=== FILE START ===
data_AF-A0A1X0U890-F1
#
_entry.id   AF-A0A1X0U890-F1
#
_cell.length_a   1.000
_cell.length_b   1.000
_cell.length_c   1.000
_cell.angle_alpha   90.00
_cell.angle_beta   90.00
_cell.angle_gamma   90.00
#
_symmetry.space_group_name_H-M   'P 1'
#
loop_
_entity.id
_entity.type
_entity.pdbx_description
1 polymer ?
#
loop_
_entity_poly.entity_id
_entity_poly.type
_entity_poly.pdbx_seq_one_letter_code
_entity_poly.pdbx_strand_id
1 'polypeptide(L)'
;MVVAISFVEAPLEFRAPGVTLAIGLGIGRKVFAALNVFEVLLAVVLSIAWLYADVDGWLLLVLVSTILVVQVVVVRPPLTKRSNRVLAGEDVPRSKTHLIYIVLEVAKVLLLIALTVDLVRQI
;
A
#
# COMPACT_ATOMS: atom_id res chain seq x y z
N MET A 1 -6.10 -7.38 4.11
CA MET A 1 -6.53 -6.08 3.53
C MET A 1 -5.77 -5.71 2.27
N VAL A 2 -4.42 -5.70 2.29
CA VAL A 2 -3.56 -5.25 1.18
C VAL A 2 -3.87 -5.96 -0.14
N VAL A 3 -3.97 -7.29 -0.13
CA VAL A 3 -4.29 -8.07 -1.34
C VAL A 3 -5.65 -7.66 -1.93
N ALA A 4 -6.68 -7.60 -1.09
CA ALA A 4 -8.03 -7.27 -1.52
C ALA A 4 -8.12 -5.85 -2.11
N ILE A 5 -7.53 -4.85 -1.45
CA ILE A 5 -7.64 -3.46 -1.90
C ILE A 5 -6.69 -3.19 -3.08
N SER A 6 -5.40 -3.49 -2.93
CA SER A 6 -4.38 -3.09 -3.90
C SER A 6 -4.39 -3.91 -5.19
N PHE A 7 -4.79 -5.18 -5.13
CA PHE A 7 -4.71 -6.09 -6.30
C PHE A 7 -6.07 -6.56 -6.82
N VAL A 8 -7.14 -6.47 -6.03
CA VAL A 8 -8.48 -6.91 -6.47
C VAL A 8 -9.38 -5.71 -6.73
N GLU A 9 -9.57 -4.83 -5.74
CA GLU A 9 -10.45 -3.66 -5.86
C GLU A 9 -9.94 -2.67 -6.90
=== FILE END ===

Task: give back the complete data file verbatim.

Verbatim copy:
data_AF-A0A1X0U890-F1
#
_entry.id   AF-A0A1X0U890-F1
#
_cell.length_a   1.000
_cell.length_b   1.000
_cell.length_c   1.000
_cell.angle_alpha   90.00
_cell.angle_beta   90.00
_cell.angle_gamma   90.00
#
_symmetry.space_group_name_H-M   'P 1'
#
loop_
_entity.id
_entity.type
_entity.pdbx_description
1 polymer ?
#
loop_
_entity_poly.entity_id
_entity_poly.type
_entity_poly.pdbx_seq_one_letter_code
_entity_poly.pdbx_strand_id
1 'polypeptide(L)'
;MVVAISFVEAPLEFRAPGVTLAIGLGIGRKVFAALNVFEVLLAVVLSIAWLYADVDGWLLLVLVSTILVVQVVVVRPPLTKRSNRVLAGEDVPRSKTHLIYIVLEVAKVLLLIALTVDLVRQI
;
A
#
# COMPACT_ATOMS: atom_id res chain seq x y z
N MET A 1 -6.10 -7.38 4.11
CA MET A 1 -6.53 -6.08 3.53
C MET A 1 -5.77 -5.71 2.27
N VAL A 2 -4.42 -5.70 2.29
CA VAL A 2 -3.56 -5.25 1.18
C VAL A 2 -3.87 -5.96 -0.14
N VAL A 3 -3.97 -7.29 -0.13
CA VAL A 3 -4.29 -8.07 -1.34
C VAL A 3 -5.65 -7.66 -1.93
N ALA A 4 -6.68 -7.60 -1.09
CA ALA A 4 -8.03 -7.27 -1.52
C ALA A 4 -8.12 -5.85 -2.11
N ILE A 5 -7.53 -4.85 -1.45
CA ILE A 5 -7.64 -3.46 -1.90
C ILE A 5 -6.69 -3.19 -3.08
N SER A 6 -5.40 -3.49 -2.93
CA SER A 6 -4.38 -3.09 -3.90
C SER A 6 -4.39 -3.91 -5.19
N PHE A 7 -4.79 -5.18 -5.13
CA PHE A 7 -4.71 -6.09 -6.30
C PHE A 7 -6.07 -6.56 -6.82
N VAL A 8 -7.14 -6.47 -6.03
CA VAL A 8 -8.48 -6.91 -6.47
C VAL A 8 -9.38 -5.71 -6.73
N GLU A 9 -9.57 -4.83 -5.74
CA GLU A 9 -10.45 -3.66 -5.86
C GLU A 9 -9.94 -2.67 -6.90